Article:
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BEING AN ALLY TO THE LGBTQIA+ COMMUNITY

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Being an Ally

    • Trust your good intentions

You might not be a perfect advocate and you might feel that you don’t have much knowledge to support members of the LGBTQ+ community, however an imperfect advocate is much better than a silent bystander

  • Educate your self through professional development, inclusive development, inclusive workshops, or training and any other personal or professional growth opportunity.

Increase your awareness, especially in regards to gender-role stereotypes, gender-expression stereotypes, and possible internalized heteronormativism in your mind. Based on the awareness, you can reduce unintentional harm and create a safer and more inclusive classroom

  • Use more inclusive language

Use “they” pronouns instead of “he” or “she”

  • Confront any homophobic or negative marks

Many people use slurs without consideration for those they are offending. Teach others to not use terms that they do not fully understand because the incorrect use can result in harm.

Disclosing

When someone comes out to you and tells you they are lesbian, gay, bisexual or transgender (LGBT) your initial response is important. They have likely spent time in advance thinking about whether or not to tell you, when and how to tell you and it’s likely that they chose to tell you because they see you or already know you as a supportive ally.

Here is what to remember if someone comes out to you:
1. Offer support but don’t assume they need any help.
2. Be a role model of acceptance.
3. Appreciate their courage.
4. Listen!Listen!Listen!
5. Assure and respect confidentiality
6. Remember that they have not changed.
7. Challenge traditional norms

 

Statistics

  • 71% of LGBTQ youth reported feeling sad or hopeless for at least two weeks in the past year.
  • 39% of LGBTQ youth seriously considered attempting suicide in the past twelve months, with more than half of transgender and non-binary youth having seriously considered suicide.
  • 71% of LGBTQ youth in our study reported discrimination due to either their sexual orientation or gender identity.

Definitions

Understanding terms:

  • LGBTQIA+: An acronym that stands for lesbian, gay, bisexual, transgender, intersex, queer/questioning, asexual, and many other terms (such as non-binary and pansexual_ that people use to describe their experiences of their gender, sexuality and physiological sex characteristics.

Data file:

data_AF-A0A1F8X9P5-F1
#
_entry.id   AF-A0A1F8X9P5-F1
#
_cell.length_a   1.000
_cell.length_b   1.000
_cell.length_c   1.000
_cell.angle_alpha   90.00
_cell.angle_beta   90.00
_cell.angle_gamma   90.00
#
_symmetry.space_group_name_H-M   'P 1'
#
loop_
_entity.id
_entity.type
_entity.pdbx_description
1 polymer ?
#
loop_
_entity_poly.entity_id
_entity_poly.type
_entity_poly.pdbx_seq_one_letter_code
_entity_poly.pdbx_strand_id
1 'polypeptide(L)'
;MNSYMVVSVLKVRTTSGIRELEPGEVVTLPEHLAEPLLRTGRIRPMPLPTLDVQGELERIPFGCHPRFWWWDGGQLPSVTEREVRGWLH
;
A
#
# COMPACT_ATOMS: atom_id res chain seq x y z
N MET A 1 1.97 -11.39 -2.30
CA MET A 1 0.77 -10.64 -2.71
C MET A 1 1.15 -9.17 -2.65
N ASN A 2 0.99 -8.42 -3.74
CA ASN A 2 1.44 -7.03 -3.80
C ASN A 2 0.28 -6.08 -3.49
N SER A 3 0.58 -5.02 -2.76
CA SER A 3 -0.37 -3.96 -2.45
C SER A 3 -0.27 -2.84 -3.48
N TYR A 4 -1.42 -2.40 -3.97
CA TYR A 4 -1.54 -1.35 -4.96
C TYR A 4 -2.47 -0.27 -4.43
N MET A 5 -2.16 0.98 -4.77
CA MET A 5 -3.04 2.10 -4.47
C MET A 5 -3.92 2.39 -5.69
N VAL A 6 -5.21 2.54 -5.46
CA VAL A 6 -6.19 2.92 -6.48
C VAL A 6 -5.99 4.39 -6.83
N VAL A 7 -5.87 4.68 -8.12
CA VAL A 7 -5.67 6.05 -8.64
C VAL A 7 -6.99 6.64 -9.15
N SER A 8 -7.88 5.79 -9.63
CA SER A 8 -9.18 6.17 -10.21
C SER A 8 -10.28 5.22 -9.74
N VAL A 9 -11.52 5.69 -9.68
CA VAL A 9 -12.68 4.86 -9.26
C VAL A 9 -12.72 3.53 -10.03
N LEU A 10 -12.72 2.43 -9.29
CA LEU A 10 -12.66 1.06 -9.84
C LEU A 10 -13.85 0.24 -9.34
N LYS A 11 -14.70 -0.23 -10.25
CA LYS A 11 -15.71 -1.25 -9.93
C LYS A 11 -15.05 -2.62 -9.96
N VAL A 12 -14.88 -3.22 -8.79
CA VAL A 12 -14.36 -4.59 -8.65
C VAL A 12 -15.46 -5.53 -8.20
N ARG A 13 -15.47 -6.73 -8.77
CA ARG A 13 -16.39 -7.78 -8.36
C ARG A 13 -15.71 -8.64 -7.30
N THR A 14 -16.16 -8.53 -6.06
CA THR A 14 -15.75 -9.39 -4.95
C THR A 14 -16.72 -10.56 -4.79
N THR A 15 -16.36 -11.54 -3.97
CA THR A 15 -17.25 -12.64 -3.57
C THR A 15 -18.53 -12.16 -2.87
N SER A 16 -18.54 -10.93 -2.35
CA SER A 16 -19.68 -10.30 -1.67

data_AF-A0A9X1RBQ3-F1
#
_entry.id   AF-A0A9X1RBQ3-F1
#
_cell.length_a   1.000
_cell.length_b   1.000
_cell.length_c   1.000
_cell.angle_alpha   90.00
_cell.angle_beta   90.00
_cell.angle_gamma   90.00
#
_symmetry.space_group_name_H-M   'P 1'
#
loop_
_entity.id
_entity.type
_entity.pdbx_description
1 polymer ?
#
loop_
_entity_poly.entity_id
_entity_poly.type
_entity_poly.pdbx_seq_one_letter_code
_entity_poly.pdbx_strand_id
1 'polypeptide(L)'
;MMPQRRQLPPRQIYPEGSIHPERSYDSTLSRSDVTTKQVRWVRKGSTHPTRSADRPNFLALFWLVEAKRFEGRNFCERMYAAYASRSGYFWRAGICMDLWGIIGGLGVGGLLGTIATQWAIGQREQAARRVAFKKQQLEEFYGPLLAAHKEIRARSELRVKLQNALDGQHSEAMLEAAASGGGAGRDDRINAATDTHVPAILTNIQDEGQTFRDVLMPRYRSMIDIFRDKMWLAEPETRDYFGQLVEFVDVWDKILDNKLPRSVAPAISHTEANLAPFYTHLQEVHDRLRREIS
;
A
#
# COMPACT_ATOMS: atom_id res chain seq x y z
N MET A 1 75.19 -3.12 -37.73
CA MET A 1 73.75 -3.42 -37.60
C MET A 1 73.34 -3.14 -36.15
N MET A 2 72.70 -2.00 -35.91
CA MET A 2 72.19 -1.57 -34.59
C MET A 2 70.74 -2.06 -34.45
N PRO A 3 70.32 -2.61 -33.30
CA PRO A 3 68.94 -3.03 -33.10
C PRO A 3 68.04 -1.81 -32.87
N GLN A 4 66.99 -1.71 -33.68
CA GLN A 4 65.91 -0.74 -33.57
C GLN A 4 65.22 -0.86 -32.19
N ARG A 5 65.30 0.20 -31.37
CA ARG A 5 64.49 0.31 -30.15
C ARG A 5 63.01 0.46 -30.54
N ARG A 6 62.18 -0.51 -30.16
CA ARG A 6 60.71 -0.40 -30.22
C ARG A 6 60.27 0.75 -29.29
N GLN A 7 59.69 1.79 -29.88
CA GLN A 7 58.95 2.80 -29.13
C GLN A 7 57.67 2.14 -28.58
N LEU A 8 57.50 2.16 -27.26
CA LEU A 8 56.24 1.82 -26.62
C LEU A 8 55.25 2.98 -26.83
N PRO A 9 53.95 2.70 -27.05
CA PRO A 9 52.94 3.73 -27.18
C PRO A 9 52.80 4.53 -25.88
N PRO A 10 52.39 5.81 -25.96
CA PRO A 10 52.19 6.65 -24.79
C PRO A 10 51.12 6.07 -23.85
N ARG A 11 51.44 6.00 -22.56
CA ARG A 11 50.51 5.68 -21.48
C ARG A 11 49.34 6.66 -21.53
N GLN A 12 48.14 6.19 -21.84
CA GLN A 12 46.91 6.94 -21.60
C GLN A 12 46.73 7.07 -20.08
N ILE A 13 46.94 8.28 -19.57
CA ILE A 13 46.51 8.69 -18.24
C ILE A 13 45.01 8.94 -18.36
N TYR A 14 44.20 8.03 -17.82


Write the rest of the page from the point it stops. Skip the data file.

• Queer(queerness): An umbrella term that is both an orientation and a community for those on the LGBTQIA+ spectrum. This umbrella term can be used by anyone under the LGBTQ spectrum.

Understanding Sexuality:

  • Gay: This identity is used to describe people whose enduring physical, romantic, and/or emotional attractions are to people of the same sex.
  • Lesbian: Defines queer attraction to women. Most commonly used as exclusively women who love women or non-binary people who love women. There is no one perfect definition that encompasses all experiences of lesbianism.
  • Bisexual: People who are sexually attracted not exclusively to people of one particular gender; attracted to both women and men.
  • Pansexual: People who are sexually attracted to all people regardless of gender identity.
  • Asexual: People who are not sexually attracted to any person regardless of gender identity.

Understanding Gender Expression:

  • Gender Identity: The gender a person feels they are inside. Only the individual can say what their gender identity is.
  • Gender non-conforming: A person who identifies as both genders, either gender or somewhere along the gender continuum, also known as gender non-binary or agender.
  • Transgender: When a person’s gender identity is different than what doctors assigned to then when they were born (sex assigned at birth).
  • Two-spirit: A person who identifies as having both a masculine and a feminine spirit. It may be used by some indigenous people to describe their sexuality, gender, and/or spiritual identity.
  • Third gender: Concept in which individuals are categorized either by themselves or by society. As neither man or woman. It is also a social category present in societies that recognize three or more genders.

Intent V. Impact

  • Intent: Someone’s reasoning or motivation for doing something
  • Impact: How the action or conversation made someone else feel

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